Two voices of consciousness #17

by Linda

Finding freedom did not bring me peace, quite the opposite. Rather than surround me with productive comfort, it pushed me into a deep, creative crisis that mainly revolves around questioning my role as an artist and the general meaning and quality of my work. I’ve been thinking about the Artist in relation to the Family, what it means to be born into a family of artists, what the impact of these circumstances has on the art that is made by someone who did not learn the job in art school but by someone who never even considered any other carries alternatives. Or more accurately, art made by someone who does not see himself or herself even having a carrier, only a life. And this is what I should remember, art is not a carrier choice, it is only a life style. Taking in consideration that even if you are fully qualified (academically) and that you make work on a full time basis, it hardly ever pays you a salary. If you can’t feed you family with your art, can you call yourself a professional artist?  Art is not a profession, it is a choice of lifestyle. I always wonder how come we never have money for anything, but we can still afford everything.

Is it so that the children of artist’s, who also grows up to become artists, can skip a few steps on the run, jump over some phases of their artistic growth simply because they are already familiar with the lifestyle and all the sacrifices that is built into it. Or maybe they don’t see them as sacrifices, it is just life the way they know it. For someone who comes from “the outside”, no reason to use euphemism’s here, it has taken a long time for me to even be able to call myself an artist, because it’s simply just not anything you do. It’s not a profession. You either are an artist or you’re not. And it can take a lifetime to figure that equation out.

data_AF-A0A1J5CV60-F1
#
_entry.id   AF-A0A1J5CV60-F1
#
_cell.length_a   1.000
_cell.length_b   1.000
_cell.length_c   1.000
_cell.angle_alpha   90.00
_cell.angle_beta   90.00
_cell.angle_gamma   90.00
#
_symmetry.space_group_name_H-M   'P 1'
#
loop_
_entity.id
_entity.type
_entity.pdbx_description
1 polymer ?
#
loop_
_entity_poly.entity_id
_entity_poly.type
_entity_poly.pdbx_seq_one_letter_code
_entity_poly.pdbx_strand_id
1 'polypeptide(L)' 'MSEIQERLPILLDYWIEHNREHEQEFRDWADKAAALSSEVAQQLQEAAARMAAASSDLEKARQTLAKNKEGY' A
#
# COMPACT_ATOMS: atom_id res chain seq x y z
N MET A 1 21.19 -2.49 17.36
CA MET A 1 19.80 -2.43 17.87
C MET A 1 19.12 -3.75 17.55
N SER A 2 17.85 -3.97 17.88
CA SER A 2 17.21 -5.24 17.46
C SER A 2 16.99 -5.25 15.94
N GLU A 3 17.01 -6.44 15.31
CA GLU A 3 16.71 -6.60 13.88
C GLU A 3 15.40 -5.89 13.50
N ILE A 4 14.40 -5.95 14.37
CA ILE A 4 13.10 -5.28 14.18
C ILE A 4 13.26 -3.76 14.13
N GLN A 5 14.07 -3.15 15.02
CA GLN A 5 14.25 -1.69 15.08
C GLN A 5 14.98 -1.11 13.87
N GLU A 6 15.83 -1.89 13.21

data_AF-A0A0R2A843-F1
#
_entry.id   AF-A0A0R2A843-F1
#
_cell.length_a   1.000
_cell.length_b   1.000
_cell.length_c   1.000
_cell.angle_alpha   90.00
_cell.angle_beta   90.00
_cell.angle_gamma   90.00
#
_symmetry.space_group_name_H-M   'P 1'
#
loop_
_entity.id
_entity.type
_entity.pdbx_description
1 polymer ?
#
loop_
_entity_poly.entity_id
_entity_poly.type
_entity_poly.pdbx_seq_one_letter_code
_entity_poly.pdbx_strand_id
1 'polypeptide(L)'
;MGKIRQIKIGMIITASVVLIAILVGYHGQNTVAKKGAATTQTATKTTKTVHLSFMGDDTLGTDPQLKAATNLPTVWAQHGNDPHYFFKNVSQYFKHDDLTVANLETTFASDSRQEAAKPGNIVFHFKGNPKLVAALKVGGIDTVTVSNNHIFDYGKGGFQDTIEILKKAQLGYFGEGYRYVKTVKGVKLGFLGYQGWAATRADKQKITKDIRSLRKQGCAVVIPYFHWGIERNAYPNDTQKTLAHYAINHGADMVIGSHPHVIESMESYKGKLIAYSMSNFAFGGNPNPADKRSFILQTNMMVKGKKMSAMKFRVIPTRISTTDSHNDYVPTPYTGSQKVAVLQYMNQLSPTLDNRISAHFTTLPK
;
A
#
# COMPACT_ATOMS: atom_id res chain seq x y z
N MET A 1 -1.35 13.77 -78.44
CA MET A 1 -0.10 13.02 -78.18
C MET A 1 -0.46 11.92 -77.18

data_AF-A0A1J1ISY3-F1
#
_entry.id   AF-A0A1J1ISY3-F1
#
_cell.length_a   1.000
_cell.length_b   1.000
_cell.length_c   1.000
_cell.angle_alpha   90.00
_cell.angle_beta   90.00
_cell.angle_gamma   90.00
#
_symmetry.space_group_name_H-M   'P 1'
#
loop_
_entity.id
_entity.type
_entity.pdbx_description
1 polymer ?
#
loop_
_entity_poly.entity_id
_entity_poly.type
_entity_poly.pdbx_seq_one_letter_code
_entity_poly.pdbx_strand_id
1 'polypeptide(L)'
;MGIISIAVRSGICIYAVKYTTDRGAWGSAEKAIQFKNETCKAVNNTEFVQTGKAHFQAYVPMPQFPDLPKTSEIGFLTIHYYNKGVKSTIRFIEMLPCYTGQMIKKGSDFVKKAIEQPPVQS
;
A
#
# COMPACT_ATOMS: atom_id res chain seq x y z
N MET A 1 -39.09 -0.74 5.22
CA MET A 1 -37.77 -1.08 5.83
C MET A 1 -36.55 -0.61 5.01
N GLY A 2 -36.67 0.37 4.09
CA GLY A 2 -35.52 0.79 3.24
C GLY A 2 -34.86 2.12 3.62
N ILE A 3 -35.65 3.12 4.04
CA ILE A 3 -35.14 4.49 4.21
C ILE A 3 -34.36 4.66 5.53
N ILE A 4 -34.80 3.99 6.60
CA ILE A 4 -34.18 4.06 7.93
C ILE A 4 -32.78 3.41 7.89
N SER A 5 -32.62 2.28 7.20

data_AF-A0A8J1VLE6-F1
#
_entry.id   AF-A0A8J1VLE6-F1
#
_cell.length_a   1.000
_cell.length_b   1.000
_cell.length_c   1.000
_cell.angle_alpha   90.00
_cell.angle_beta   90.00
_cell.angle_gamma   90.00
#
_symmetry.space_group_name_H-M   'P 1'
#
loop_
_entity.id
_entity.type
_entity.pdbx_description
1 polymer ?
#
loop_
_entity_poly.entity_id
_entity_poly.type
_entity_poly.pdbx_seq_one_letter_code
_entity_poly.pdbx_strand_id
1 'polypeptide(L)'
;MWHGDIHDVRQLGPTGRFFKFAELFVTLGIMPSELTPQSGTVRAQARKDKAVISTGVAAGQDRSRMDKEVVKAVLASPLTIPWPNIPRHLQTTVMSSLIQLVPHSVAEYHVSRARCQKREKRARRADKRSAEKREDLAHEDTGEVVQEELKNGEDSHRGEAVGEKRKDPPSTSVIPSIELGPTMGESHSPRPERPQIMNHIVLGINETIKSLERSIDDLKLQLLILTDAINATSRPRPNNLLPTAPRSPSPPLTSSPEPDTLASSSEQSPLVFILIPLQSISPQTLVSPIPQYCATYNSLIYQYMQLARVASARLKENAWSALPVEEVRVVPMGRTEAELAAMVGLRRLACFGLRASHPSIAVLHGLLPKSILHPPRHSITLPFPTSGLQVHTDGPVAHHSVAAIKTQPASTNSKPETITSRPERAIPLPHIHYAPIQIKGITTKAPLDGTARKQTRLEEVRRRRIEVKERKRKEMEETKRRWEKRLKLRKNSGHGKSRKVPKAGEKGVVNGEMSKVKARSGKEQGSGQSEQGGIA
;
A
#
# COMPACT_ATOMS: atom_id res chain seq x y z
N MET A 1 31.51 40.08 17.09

I am struggling with my artistic identity. I can’t place it anywhere. I’m constantly validating my choices and telling myself and others, who ever happens to ask me the appalling question “what do you do for a living?”, that art is a real job. I have an obsessed need and unrealistic idea of that I need to make living on this even though everybody knows that paying bills with art is a long shot. I can’t help myself thinking, that if you can’t pay your bills with it, it’s not a real job. I sometime wish, every second day currently, that I had a regular job that would at least give me an excuse to not think about who or what I am.

I’ve had such a clear picture in my head of what it means to be an artist, that firstly I haven’t been able to call myself an artist and secondly, doing just that, achieving something that would earn me that title, has been my silent goal for several years. It has made me come into this from a completely backward position. I have been applying and striving all around, grabbing opportunities from every angle and compensating the lack of actual work with administrative activity. Sometimes successfully all to judge, but still. Gain has been my endeavour. My work has not risen from me, rather the outside world, dictated by the appropriate trends and I made what I thought would be appreciated. And when it wasn’t, I fell. What I could not work out before, and what the past year mainly thought me, was that it wasn’t appreciated because it was “bad” it just wasn’t honest. When I found the freedom of making work that is honest and pure and released from everything that by force surrounds it if I don’t fight it, I found myself questioning my artistic identity and whether I am, or ever will be, able to pull it off as an artist.

When everything is stripped down to the core, honesty is what remains. And that is the most heart braking thing there is.